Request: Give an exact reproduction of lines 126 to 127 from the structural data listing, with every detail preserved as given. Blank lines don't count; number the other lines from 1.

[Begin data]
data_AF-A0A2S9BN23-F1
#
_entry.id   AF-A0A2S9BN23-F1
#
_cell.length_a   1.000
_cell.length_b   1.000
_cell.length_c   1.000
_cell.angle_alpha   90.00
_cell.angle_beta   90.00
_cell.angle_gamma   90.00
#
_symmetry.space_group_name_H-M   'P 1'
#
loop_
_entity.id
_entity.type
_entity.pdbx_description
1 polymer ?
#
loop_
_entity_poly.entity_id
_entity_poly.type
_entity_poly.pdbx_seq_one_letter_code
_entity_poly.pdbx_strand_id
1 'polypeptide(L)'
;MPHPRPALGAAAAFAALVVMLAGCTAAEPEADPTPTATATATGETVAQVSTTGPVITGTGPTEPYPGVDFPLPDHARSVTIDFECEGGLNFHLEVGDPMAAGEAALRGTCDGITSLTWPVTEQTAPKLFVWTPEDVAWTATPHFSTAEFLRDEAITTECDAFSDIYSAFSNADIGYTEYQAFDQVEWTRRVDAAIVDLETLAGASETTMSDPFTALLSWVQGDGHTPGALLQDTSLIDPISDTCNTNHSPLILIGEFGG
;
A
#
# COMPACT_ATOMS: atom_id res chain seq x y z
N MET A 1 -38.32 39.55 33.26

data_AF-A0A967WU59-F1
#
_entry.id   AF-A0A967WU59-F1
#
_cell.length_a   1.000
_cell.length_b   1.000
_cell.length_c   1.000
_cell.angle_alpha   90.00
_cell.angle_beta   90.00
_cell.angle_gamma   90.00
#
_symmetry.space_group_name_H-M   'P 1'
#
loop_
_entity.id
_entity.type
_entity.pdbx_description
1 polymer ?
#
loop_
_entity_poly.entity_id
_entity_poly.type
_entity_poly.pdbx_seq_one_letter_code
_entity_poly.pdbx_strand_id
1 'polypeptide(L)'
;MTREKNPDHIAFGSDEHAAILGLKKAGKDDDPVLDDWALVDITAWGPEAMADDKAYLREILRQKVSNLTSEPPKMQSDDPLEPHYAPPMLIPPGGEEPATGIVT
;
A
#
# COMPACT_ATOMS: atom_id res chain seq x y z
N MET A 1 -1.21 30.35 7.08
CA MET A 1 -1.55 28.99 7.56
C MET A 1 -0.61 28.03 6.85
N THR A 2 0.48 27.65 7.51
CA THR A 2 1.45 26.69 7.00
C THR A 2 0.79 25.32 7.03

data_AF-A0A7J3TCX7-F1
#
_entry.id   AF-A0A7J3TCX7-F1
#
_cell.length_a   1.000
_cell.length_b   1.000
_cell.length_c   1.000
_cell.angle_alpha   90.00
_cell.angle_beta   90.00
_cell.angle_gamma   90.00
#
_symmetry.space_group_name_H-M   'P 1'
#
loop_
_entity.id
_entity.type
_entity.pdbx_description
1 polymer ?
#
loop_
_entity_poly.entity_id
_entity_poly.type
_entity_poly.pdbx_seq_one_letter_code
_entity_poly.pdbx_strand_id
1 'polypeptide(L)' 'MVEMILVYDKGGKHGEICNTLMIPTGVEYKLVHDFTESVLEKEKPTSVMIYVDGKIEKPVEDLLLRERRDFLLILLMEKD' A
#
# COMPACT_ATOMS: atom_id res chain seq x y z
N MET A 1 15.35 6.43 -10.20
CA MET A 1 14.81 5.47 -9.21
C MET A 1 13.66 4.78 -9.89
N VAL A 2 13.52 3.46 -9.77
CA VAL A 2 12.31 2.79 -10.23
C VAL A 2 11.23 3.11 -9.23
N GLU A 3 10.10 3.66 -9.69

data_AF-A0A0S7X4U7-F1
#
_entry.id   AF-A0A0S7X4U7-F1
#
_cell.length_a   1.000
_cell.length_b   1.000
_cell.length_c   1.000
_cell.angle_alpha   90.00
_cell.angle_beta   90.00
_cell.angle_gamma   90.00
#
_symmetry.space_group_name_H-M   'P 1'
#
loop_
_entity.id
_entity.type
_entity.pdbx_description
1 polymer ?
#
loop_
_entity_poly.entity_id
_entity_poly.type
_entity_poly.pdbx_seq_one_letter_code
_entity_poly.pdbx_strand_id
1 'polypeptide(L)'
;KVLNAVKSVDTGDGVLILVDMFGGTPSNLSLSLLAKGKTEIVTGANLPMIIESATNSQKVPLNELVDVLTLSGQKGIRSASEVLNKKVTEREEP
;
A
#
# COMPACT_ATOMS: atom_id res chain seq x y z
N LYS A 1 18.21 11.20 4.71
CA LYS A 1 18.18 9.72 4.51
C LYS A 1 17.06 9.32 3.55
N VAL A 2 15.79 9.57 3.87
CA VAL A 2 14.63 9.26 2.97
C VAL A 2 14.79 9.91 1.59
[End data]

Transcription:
1 'polypeptide(L)'
;KVLNAVKSVDTGDGVLILVDMFGGTPSNLSLSLLAKGKTEIVTGANLPMIIESATNSQKVPLNELVDVLTLSGQKGIRSASEVLNKKVTEREEP